How might the administration justify repealing standards designed to bring basic scope and fairness to coverage? An always-handy rationale consists of three related claims: (1) insurers are in the best position to make choices regarding coverage design; (2) states can regulate insurers if they choose; and (3) federal standards are redundant and unnecessary. We have seen this tired movie many times before. More importantly, the EHB rules, modest as they are, respond to real, documented examples of insurer unfairness and an absence of state regulation. Whether this agency flimflam will work this time or fall under legal challenges remains to be seen. But where the ACA is concerned, those who care about fairness and equity should gird for a two-front war.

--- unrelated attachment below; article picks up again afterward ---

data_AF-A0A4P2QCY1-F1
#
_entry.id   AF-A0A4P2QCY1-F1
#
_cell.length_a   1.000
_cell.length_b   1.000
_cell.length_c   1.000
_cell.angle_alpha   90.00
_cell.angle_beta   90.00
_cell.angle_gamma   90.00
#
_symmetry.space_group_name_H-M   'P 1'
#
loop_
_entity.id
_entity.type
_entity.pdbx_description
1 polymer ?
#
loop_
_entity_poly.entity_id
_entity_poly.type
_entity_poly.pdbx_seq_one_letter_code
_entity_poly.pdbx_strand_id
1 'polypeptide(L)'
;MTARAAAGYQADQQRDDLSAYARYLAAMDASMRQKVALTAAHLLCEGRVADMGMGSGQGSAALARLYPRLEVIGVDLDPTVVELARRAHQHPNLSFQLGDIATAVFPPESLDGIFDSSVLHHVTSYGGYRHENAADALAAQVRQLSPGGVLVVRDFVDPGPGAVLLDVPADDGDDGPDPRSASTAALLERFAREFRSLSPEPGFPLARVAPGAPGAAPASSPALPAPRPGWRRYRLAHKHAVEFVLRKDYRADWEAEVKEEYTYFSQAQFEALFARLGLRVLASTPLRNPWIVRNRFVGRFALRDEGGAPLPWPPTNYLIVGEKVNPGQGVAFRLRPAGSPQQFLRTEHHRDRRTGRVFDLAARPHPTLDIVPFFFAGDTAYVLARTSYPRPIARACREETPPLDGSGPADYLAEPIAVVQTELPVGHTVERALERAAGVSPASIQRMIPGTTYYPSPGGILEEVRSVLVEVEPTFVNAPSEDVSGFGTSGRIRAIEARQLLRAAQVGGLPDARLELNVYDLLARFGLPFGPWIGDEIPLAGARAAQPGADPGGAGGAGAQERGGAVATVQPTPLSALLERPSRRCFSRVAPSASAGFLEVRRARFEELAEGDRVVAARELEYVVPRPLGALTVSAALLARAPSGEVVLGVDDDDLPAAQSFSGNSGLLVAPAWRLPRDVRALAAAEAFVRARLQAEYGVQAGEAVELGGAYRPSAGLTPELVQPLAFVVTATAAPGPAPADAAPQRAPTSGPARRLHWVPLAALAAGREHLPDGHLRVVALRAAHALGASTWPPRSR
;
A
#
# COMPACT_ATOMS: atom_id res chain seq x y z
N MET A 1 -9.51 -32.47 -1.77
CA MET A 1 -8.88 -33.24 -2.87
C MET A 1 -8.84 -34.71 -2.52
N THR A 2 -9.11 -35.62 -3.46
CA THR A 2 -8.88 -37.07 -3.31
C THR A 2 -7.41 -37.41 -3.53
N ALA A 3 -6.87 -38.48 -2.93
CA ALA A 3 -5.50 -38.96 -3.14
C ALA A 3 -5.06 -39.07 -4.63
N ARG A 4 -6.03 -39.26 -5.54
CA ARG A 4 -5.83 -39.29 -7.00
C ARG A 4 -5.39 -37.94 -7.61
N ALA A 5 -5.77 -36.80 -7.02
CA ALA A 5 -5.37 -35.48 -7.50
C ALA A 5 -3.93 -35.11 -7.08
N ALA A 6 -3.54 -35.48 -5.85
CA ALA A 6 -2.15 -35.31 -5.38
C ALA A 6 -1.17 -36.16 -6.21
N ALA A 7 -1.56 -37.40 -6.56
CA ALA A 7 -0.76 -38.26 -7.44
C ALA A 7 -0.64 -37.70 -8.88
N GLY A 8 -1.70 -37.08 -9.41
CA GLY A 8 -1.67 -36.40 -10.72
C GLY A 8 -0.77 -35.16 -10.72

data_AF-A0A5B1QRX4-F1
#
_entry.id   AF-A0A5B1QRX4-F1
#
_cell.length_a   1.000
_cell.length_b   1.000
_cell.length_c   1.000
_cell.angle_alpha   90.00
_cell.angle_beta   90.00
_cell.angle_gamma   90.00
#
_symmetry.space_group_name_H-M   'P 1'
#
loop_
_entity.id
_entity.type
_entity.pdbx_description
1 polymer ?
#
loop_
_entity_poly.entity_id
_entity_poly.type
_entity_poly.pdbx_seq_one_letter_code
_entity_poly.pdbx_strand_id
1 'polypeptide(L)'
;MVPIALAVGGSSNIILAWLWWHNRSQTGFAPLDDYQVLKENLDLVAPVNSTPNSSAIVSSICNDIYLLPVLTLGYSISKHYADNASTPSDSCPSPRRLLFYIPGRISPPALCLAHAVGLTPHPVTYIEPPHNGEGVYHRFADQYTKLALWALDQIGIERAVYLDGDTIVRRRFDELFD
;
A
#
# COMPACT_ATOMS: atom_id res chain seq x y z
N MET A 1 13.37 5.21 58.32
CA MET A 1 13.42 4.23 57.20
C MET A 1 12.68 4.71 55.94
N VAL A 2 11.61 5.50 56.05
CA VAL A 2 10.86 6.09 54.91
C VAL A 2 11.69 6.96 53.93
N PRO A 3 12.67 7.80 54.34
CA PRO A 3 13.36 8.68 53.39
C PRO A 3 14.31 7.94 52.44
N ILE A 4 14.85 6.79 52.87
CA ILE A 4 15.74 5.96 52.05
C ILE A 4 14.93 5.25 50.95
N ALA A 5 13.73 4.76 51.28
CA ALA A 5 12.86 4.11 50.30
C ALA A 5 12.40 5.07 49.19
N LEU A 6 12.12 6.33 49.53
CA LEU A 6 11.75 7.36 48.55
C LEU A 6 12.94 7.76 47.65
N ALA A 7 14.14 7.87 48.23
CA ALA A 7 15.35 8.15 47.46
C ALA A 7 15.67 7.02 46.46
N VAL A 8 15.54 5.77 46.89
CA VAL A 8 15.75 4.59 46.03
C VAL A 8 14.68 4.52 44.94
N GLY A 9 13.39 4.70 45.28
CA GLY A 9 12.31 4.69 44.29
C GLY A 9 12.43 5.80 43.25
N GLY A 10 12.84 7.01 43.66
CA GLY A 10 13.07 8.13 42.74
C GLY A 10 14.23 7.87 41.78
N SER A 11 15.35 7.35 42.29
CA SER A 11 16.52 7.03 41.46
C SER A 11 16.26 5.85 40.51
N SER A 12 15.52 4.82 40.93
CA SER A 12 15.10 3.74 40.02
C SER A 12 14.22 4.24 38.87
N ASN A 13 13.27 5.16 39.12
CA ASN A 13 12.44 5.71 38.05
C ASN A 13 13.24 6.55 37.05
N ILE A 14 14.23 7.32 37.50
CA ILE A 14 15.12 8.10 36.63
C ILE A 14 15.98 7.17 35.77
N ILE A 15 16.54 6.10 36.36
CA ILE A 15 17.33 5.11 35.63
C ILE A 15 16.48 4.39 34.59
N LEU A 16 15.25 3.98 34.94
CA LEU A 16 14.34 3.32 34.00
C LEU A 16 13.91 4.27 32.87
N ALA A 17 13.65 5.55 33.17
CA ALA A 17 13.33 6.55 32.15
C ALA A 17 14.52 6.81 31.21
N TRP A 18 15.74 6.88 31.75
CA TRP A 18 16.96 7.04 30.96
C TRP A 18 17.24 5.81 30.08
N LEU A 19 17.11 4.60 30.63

Sara Rosenbaum is the Harold and Jane Hirsh Professor of Health Law and Policy and founding chair of the Department of Health Policy at the George Washington University School of Public Health and Health Services. She also holds professorships in the Schools of Law and Medicine and Health Sciences. A graduate of Wesleyan University and Boston University Law School, Rosenbaum has devoted her career to issues of health justice for populations who are medically underserved as a result of race, poverty, disability, or cultural exclusion. Between 1993 and 1994, Rosenbaum worked for President Clinton, where she directed the drafting of the Health Security Act and designed the Vaccines for Children program, which today provides near-universal immunization coverage to low-income and medically underserved children. Rosenbaum is the leading author of Law and the American Health Care System (Foundation Press, 2012) and has received many national awards for her work in public health policy. She is past chair of AcademyHealth and a member of the Institute of Medicine. Rosenbaum also has served on the CDC Director’s Advisory Committee and as a Commissioner on the Congressional Medicaid and CHIP Payment and Access Commission (MACPAC), which she chaired from January 2016 through the expiration of her term in April, 2017.